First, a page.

The last two lines of Christopher Frey’s Sleep of Prisoners is a call to the great need of our time:
Affairs are now soul-size;
The enterprise is exploration into God.
“God” has been imaged and worshiped in many
ways by humans over our thousands of years of history and throughout the Earth. Many religious seekers have realized changes in their own sense of the Mystery we call God. (This is often referred to as “stages of faith.”) In our time, when “affairs are soul-sized” and participation in the Great Work is growing, understandings of Incarnation have deepened.
What follows are quotes from theologians and others who have written about this. Following the last quote are questions for reflection/prayer:
Elizabeth Johnson, CSJ: God is Holy Mystery and as such can never be captured in a single image or set of images.
Joseph A. Bracken: God, the world of nature, and the world of human beings are intimately interconnected and interdependent.
Margaret Galiardi, OP: Although more and more people are realizing that we cannot continue to treat the Earth as we have done in the past, the prior realization of the presence of God dwelling within the planet [and all creation], and the consequent intrinsic value of the planet, is still seriously lacking.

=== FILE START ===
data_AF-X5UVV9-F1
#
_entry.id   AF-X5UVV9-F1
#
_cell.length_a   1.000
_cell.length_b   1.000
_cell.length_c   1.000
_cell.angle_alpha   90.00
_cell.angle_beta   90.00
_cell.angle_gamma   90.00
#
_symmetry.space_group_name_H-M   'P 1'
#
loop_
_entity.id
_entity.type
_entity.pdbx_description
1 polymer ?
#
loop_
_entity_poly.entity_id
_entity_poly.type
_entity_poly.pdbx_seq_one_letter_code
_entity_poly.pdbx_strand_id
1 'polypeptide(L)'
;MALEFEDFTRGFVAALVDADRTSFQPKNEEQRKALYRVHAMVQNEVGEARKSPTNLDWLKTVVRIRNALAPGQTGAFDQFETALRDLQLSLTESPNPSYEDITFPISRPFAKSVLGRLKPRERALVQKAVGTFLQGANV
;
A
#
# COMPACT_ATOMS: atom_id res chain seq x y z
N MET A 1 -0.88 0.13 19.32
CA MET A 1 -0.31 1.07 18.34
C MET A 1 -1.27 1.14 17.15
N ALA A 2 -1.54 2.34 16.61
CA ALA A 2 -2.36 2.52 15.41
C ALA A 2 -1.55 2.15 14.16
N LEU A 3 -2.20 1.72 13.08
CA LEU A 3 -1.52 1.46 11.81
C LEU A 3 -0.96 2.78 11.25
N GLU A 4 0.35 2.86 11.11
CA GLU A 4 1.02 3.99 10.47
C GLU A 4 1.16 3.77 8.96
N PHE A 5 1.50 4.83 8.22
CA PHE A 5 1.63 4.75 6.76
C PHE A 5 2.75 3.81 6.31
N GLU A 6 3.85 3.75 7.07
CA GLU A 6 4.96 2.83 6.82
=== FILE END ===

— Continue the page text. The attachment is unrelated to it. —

Mary Ann Zollmann, BVM: As incarnations of that in-spiriting Mystery at the heart of being . . . each one of us is most deeply and spiritually a unique narrative form unfolding within the common narrative of Mystery’s life and being.
Philip Clayton: Theories of the divine agent (theologies) have strongly influenced how human persons were conceived (the imago dei argument). But just as clearly, ideas about what humankind is . . . have provided models for how God is to be conceived. In an age of absolute monarchy and male dominance, God was naturally conceived as the King of Kings; in an age of deterministic physics, God was known as the divine watchmaker, the ground of order and lawfulness; and in an age of dualism, God became pure spirit, pure mind (nous noetikos), independent of all things physical. In an age of emergence, how should the divine be conceived?
What thoughts above resonated with you?
How did you think of God when you were a child? How do you think of God now? If your understanding and images changed, how did/does that change you?
What effect does your present relationship with the divine mystery have on your relationships with people and the entire planet?
How do you feel about “unfolding within the common narrative of Mystery’s life and being”?